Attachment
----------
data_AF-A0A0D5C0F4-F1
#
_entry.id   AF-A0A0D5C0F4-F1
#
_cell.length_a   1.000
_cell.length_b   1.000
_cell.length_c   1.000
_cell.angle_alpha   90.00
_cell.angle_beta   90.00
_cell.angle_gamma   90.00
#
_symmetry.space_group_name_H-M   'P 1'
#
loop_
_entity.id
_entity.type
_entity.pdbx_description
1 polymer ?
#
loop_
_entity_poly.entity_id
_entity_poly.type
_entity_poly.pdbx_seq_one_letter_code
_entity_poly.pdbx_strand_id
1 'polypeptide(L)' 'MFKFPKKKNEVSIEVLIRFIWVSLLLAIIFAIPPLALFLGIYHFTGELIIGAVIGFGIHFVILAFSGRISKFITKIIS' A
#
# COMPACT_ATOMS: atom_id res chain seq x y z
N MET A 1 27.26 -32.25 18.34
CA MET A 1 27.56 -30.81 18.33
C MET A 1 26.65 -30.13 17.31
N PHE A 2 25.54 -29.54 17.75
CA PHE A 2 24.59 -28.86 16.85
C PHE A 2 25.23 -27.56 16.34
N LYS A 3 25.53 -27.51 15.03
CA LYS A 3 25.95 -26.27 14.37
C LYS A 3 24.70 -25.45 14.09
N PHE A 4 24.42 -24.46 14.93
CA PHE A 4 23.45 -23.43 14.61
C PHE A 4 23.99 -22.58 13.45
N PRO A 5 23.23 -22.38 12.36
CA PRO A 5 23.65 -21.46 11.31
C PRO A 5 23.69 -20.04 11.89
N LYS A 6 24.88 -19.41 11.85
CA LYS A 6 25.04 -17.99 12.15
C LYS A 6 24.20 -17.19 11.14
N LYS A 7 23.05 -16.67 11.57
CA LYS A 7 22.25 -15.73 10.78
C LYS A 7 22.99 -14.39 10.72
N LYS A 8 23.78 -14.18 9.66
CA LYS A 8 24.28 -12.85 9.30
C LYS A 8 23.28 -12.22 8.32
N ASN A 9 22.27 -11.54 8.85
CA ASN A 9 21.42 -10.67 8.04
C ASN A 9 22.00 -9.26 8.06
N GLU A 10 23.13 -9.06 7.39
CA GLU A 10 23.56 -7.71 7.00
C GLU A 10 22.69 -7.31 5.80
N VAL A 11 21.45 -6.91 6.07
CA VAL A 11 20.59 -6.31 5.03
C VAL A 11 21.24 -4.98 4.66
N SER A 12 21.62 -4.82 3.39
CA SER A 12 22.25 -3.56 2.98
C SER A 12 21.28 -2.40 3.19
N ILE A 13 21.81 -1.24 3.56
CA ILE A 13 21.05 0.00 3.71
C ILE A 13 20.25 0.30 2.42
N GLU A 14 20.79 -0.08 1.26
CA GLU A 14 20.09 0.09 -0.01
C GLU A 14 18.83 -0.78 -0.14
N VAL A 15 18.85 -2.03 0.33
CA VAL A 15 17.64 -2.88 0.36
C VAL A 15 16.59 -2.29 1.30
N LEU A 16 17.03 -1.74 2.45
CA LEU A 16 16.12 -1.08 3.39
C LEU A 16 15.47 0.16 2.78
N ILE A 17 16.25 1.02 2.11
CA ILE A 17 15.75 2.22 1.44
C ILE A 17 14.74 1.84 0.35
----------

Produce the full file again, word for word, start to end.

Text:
data_AF-A0A0D5C0F4-F1
#
_entry.id   AF-A0A0D5C0F4-F1
#
_cell.length_a   1.000
_cell.length_b   1.000
_cell.length_c   1.000
_cell.angle_alpha   90.00
_cell.angle_beta   90.00
_cell.angle_gamma   90.00
#
_symmetry.space_group_name_H-M   'P 1'
#
loop_
_entity.id
_entity.type
_entity.pdbx_description
1 polymer ?
#
loop_
_entity_poly.entity_id
_entity_poly.type
_entity_poly.pdbx_seq_one_letter_code
_entity_poly.pdbx_strand_id
1 'polypeptide(L)' 'MFKFPKKKNEVSIEVLIRFIWVSLLLAIIFAIPPLALFLGIYHFTGELIIGAVIGFGIHFVILAFSGRISKFITKIIS' A
#
# COMPACT_ATOMS: atom_id res chain seq x y z
N MET A 1 27.26 -32.25 18.34
CA MET A 1 27.56 -30.81 18.33
C MET A 1 26.65 -30.13 17.31
N PHE A 2 25.54 -29.54 17.75
CA PHE A 2 24.59 -28.86 16.85
C PHE A 2 25.23 -27.56 16.34
N LYS A 3 25.53 -27.51 15.03
CA LYS A 3 25.95 -26.27 14.37
C LYS A 3 24.70 -25.45 14.09
N PHE A 4 24.42 -24.46 14.93
CA PHE A 4 23.45 -23.43 14.61
C PHE A 4 23.99 -22.58 13.45
N PRO A 5 23.23 -22.38 12.36
CA PRO A 5 23.65 -21.46 11.31
C PRO A 5 23.69 -20.04 11.89
N LYS A 6 24.88 -19.41 11.85
CA LYS A 6 25.04 -17.99 12.15
C LYS A 6 24.20 -17.19 11.14
N LYS A 7 23.05 -16.67 11.57
CA LYS A 7 22.25 -15.73 10.78
C LYS A 7 22.99 -14.39 10.72
N LYS A 8 23.78 -14.18 9.66
CA LYS A 8 24.28 -12.85 9.30
C LYS A 8 23.28 -12.22 8.32
N ASN A 9 22.27 -11.54 8.85
CA ASN A 9 21.42 -10.67 8.04
C ASN A 9 22.00 -9.26 8.06
N GLU A 10 23.13 -9.06 7.39
CA GLU A 10 23.56 -7.71 7.00
C GLU A 10 22.69 -7.31 5.80
N VAL A 11 21.45 -6.91 6.07
CA VAL A 11 20.59 -6.31 5.03
C VAL A 11 21.24 -4.98 4.66
N SER A 12 21.62 -4.82 3.39
CA SER A 12 22.25 -3.56 2.98
C SER A 12 21.28 -2.40 3.19
N ILE A 13 21.81 -1.24 3.56
CA ILE A 13 21.05 0.00 3.71
C ILE A 13 20.25 0.30 2.42
N GLU A 14 20.79 -0.08 1.26
CA GLU A 14 20.09 0.09 -0.01
C GLU A 14 18.83 -0.78 -0.14
N VAL A 15 18.85 -2.03 0.33
CA VAL A 15 17.64 -2.88 0.36
C VAL A 15 16.59 -2.29 1.30
N LEU A 16 17.03 -1.74 2.45
CA LEU A 16 16.12 -1.08 3.39
C LEU A 16 15.47 0.16 2.78
N ILE A 17 16.25 1.02 2.11
CA ILE A 17 15.75 2.22 1.44
C ILE A 17 14.74 1.84 0.35